Female entrepreneurship on the rise in Canada, but will it last?

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|Jun 19|magazine8 min read

Women are taking charge of the business world—or so it seems. Originally brought to light by the Globe and Mail, Canada is the new spot for female entrepreneurs. If you’re a female business leader, then now is the time to be heard. Women have something significant to not only add to the business world, but the overall economy, too.

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Interestingly enough, back in 2011, the Royal Bank of Canada predicted that female small and medium sized businesses had already contributed to $148 billion in economic activity. Furthermore, the bank estimated that if this number increased by just 10 per cent, that a widely impressive $198 billion would be added to the economy over the next decade.

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But why is Canada the new hot spot for women in business? And what does it mean for the future?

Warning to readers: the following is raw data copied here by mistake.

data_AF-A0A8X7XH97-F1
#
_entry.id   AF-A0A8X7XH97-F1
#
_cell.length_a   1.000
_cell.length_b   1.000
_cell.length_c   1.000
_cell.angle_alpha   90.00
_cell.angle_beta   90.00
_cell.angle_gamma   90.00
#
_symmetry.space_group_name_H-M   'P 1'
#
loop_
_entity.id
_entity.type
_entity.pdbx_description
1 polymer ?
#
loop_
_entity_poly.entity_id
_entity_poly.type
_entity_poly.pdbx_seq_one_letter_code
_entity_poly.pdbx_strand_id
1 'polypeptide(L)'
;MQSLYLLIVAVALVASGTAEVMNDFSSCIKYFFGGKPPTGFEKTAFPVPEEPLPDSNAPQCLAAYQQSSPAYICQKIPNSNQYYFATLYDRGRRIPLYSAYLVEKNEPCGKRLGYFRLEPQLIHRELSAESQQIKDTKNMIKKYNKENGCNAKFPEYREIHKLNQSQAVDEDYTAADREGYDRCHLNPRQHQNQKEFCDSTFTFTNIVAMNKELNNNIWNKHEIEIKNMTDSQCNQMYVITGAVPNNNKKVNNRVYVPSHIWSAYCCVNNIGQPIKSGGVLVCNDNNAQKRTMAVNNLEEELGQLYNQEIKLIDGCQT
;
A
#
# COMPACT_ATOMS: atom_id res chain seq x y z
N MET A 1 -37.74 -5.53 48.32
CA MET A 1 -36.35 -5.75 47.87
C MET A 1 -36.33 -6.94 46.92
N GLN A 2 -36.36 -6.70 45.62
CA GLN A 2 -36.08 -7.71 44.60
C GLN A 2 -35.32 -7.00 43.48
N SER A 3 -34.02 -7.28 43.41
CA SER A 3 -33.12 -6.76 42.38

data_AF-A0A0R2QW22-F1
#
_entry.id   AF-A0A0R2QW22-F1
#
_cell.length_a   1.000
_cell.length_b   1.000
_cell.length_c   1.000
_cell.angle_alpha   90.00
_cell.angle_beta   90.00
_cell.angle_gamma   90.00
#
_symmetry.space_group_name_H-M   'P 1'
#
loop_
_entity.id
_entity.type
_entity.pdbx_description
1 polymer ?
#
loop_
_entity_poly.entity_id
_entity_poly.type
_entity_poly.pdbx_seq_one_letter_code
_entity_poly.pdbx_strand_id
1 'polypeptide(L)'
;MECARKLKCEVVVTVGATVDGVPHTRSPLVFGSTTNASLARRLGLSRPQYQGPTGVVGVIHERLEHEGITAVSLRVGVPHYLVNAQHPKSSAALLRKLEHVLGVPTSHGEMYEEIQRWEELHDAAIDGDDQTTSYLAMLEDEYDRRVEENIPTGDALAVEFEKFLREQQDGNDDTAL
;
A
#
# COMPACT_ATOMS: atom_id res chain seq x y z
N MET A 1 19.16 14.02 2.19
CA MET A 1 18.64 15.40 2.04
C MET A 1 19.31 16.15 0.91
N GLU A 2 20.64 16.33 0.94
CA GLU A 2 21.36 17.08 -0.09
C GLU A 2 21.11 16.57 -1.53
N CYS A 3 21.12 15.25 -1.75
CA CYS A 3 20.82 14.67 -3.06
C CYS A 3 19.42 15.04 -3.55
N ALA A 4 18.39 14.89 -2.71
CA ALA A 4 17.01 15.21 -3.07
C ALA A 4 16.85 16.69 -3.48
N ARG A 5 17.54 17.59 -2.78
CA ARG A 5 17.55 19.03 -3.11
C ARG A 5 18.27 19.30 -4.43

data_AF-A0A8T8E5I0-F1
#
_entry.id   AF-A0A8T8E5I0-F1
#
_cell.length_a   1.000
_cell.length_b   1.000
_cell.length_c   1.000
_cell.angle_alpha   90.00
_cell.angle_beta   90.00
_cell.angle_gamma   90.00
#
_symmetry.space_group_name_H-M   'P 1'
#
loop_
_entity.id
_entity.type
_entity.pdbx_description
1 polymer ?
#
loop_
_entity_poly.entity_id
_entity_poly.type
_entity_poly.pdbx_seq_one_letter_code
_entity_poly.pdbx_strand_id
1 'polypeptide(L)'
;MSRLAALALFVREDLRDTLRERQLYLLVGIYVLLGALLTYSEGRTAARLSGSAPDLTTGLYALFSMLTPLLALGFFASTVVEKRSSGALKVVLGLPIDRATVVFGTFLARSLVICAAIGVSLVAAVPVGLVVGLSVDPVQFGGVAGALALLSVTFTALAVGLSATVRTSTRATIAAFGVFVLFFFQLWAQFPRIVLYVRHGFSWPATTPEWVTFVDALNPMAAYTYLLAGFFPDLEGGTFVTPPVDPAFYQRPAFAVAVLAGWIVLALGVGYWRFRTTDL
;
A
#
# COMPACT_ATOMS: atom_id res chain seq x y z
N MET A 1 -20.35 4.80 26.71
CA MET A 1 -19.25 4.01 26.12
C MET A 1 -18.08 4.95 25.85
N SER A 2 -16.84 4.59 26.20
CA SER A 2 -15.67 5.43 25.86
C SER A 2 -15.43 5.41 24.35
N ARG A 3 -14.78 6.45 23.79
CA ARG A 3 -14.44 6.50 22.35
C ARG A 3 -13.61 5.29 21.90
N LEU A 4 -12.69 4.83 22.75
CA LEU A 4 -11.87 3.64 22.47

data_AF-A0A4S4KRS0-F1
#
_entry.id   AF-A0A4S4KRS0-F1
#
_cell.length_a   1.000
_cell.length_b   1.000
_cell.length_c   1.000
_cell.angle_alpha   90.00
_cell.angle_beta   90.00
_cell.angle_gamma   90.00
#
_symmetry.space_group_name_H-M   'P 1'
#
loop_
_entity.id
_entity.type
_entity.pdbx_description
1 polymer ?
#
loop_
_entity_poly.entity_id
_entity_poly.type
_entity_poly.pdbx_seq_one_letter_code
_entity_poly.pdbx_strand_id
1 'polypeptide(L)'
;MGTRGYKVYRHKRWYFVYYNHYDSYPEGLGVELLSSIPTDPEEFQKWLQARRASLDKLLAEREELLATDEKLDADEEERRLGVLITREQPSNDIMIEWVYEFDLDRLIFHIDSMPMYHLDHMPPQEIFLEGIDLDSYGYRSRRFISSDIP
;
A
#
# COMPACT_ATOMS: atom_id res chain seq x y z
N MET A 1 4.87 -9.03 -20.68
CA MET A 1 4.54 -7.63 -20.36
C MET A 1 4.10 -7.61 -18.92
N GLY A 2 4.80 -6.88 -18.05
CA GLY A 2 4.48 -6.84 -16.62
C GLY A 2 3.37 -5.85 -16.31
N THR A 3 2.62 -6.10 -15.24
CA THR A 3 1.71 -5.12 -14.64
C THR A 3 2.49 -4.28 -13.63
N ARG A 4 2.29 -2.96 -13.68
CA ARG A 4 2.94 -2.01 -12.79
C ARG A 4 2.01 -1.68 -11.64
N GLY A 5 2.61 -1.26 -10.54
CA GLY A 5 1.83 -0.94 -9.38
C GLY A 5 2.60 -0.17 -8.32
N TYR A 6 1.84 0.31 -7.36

For starters, family-friendly policies and various investments in women have been behind the emerging female entrepreneurship that has since been growing throughout the country.

Specifically, the Business Development Bank of Canada revealed that $700 million had been earmarked to assist in financing women-owned businesses.

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While there have been success stories and encouragement for female entrepreneurs and business owners, there needs to be even more support. Women are still not likely to receive access to capital and their business revenues are still low.

Even more so, leadership isn’t overly strong in Canada—while 47 per cent of women do make up the workforce in Canada, only 3 per cent are currently CEOs.

In order for Canada and businesses to tap into this resource, something more needs to take place. Specifically, the Canadian government needs to set more examples and precedents to encourage women in business.

One example that could help accomplish this would be for various companies to diversify their C-suites and boards. In doing so, the visibility of female leaders will help to promote other businesses to follow suit. As well, more women may be inclined to step into bigger roles.

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